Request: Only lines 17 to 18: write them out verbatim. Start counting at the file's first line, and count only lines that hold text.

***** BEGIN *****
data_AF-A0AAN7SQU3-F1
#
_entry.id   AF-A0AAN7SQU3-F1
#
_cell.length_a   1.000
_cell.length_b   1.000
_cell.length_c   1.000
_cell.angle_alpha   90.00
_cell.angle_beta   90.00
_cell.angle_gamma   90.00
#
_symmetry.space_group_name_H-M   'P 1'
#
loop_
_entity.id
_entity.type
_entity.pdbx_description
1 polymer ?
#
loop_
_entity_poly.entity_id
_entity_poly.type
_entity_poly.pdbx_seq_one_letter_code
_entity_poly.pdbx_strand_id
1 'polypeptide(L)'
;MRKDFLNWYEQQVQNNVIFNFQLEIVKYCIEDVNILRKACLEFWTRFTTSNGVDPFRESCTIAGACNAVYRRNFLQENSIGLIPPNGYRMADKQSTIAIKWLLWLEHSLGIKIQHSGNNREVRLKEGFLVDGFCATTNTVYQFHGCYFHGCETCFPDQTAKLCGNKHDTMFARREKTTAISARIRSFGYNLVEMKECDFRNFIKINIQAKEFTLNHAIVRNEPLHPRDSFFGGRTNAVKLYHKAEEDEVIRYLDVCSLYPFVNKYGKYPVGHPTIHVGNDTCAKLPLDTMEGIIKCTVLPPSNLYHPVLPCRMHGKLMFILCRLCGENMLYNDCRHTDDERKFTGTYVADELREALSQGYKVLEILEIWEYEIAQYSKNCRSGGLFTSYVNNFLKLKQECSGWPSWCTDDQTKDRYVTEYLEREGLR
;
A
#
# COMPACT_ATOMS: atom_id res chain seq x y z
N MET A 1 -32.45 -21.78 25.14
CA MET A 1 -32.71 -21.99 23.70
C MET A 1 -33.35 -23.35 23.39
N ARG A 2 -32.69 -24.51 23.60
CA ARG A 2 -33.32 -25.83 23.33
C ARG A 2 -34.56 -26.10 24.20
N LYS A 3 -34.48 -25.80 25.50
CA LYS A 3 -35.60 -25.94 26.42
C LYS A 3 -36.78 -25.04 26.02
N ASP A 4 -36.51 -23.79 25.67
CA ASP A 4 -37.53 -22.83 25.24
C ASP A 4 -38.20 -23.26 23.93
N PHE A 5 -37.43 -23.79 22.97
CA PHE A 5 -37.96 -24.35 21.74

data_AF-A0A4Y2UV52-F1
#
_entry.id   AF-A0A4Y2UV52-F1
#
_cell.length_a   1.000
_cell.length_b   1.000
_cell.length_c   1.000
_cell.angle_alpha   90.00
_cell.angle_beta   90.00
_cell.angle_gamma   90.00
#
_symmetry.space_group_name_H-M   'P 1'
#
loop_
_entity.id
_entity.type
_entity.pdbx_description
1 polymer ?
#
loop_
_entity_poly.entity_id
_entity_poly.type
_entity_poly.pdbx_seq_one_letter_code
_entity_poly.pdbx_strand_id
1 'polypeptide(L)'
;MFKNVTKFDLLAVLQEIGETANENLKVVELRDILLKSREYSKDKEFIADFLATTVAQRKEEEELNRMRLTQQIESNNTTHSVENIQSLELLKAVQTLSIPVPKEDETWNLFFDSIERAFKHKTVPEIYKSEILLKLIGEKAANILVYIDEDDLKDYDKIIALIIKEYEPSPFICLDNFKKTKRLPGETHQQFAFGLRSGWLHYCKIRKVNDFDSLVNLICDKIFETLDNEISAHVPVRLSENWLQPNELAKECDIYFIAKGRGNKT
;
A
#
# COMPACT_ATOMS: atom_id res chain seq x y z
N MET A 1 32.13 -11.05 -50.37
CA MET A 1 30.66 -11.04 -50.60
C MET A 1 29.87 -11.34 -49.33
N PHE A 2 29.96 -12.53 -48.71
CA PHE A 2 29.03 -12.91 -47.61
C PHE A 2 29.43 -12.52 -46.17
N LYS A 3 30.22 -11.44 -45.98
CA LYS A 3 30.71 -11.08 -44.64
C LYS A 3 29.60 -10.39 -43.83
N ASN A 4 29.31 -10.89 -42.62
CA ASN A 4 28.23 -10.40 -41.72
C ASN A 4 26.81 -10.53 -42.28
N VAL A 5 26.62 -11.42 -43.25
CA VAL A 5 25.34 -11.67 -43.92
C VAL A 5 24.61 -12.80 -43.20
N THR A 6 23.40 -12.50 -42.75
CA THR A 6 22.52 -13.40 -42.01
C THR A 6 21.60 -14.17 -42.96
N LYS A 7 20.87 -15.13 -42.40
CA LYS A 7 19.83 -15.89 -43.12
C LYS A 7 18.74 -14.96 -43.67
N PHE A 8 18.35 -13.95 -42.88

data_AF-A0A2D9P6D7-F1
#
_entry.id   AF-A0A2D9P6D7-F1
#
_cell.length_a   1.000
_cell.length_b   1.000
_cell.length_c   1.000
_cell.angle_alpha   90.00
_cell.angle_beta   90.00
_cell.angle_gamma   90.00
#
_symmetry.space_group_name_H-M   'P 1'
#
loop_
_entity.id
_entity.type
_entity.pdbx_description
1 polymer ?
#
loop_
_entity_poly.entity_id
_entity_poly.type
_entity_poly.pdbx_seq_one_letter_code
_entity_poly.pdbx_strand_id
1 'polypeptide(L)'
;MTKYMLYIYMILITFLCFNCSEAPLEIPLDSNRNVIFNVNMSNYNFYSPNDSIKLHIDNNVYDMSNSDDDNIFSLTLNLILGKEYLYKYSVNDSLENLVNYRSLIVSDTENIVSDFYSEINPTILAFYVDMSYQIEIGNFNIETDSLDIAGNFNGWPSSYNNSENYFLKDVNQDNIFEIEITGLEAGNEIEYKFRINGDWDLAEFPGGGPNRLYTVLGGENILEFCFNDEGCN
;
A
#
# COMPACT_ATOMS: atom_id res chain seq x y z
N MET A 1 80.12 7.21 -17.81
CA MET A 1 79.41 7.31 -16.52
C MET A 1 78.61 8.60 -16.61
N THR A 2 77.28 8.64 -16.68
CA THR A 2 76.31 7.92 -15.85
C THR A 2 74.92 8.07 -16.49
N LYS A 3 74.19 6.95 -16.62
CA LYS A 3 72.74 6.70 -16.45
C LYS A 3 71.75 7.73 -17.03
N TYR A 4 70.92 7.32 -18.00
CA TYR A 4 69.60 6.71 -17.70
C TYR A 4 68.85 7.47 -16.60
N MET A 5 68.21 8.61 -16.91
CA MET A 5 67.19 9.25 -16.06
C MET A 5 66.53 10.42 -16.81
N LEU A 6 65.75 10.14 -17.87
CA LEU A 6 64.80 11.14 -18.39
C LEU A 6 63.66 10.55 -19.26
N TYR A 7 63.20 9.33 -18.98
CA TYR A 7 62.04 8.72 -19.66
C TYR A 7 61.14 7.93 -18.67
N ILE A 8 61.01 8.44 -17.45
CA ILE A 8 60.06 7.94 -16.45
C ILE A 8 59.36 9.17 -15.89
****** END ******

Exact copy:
_entity.pdbx_description
1 polymer ?